P2P Companies: The Movers and Shakers of China’s Shadow Banking
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P2P Companies: The Movers and Shakers of China’s Shadow Banking

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Credit in China is like a leaky spigot–impossible to turn off all the way. When major banks were told to stop or slow lending this spring, shadow banking emerged to fill in the gaps.

P2P has become an emerging piece of the shadow banking puzzle. P2P companies, in this context, are online platforms that serve as credit matchmakers: they evaluate creditworthiness and bring together individual and business borrowers and interested lenders. The borrower signs an agreement with the individual lender, and the P2P firms pocket transaction fees.

P2P lending is good for both parties: borrowers without access to bank loans can get capital, and lenders can receive much higher returns than they would via other avenues. Caixin cites an October 2013 report by National Business Daily and wangdaizhijia.com which found that 87 percent of P2P investors received yields higher than 18 percent.

P2P lending represents a small sliver of shadow banking, though it’s growing rapidly. Credit Suisse estimates the total value of shadow banking is 22.8 trillion yuan (approx. $3.7 trillion), and Caixin estimates that P2P lending comprises 60 billion yuan of that figure.

The first P2P lender in China was PPDai.com and CreditEase has emerged as one of the leaders, with estimated monthly loans of 100 million yuan, as of 2011, according to Caixin.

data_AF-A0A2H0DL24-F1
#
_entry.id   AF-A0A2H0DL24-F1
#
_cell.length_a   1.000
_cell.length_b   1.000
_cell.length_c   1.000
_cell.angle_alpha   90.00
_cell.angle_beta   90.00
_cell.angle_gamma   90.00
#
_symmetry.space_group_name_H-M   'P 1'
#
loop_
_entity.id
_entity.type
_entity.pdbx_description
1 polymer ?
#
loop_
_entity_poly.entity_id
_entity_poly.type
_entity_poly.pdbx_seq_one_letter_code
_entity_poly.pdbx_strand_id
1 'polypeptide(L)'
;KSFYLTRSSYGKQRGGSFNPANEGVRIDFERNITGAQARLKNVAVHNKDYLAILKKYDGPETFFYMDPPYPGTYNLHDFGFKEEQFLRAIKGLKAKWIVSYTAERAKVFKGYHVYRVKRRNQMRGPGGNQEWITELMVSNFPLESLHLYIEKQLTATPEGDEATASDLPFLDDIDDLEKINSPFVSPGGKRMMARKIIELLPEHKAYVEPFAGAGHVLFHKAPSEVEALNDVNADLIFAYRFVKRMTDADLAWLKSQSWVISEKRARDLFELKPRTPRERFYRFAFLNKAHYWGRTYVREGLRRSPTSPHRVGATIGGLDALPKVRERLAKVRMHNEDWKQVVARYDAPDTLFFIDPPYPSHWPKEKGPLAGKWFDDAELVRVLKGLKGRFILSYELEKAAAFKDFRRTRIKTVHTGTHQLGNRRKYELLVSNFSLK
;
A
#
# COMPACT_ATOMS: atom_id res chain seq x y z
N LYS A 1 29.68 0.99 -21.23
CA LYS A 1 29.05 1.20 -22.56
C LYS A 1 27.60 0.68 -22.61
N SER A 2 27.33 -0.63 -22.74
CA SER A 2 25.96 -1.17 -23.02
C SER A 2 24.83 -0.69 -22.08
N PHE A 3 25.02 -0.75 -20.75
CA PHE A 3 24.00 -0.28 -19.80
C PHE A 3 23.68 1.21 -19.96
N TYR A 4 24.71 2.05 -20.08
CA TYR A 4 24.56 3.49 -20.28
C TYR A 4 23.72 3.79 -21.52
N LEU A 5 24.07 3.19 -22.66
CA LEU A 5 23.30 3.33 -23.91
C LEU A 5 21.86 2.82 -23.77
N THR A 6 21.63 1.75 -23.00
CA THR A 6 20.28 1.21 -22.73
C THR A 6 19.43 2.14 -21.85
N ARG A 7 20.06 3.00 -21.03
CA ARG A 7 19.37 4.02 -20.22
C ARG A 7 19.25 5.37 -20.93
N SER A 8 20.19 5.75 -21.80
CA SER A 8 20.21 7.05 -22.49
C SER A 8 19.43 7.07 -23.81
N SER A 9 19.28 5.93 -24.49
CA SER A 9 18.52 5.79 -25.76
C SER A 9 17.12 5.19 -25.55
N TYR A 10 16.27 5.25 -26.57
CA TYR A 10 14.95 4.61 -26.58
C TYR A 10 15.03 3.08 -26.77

So who are these borrowers and lenders? The borrowers are individuals or businesses that have found it otherwise impossible to find credit. In many cases, this is because state-owned banks direct much of their funds to state-owned enterprises (SOEs), despite recent pushes to fund small and medium-sized private enterprises. Additionally, after what many saw to be an emerging bubble earlier this year, the central government slammed the brakes on available credit. 

The lenders are looking for better returns than are available nearly anywhere else, due to extremely low savings interest rates, volatile stock markets, and crackdowns on real estate investment. Interestingly enough, many are middle-class Chinese. The National Business Daily and wangdaizhijia.com report found that 60 percent of lenders make less than 100,000 yuan (approximately US$16,000) a year.  

It’s not all smooth sailing, however. Or rather, it’s best not to expect smooth sailing in the future. The China Banking Regulatory Commission issued a risk notice for the sector in August 2011, pointing out a number of structural issues. Many P2P companies guarantee loans, and there is concern that companies could default on these loans. They are allowed to guarantee up to 10 times their capital, but Caixin quoted Xu Jianwen, Renrenmoney.com’s CEO, as saying that “most” P2P companies have “far exceeded that limit.”

There is also concern that the lending creates continued investment in overheated sectors, exacerbating existing economic problems. 

As is wont to happen, the industry has also diversified into other investment products, such as loan packaging (creating wealth management products). As Caixin notes, “many such websites in the country have taken on businesses they are not allowed to operate, such as packaging loans into wealth management products that investors are very willing to snap up, soliciting deposits directly or in disguised form from the public, and providing unrealistic loan guarantees.” There is also the issue of loan maturity mismatches within these wealth management products: short-term funds are invested in long-term projects, meaning the investors earn their returns before the project legitimately does so.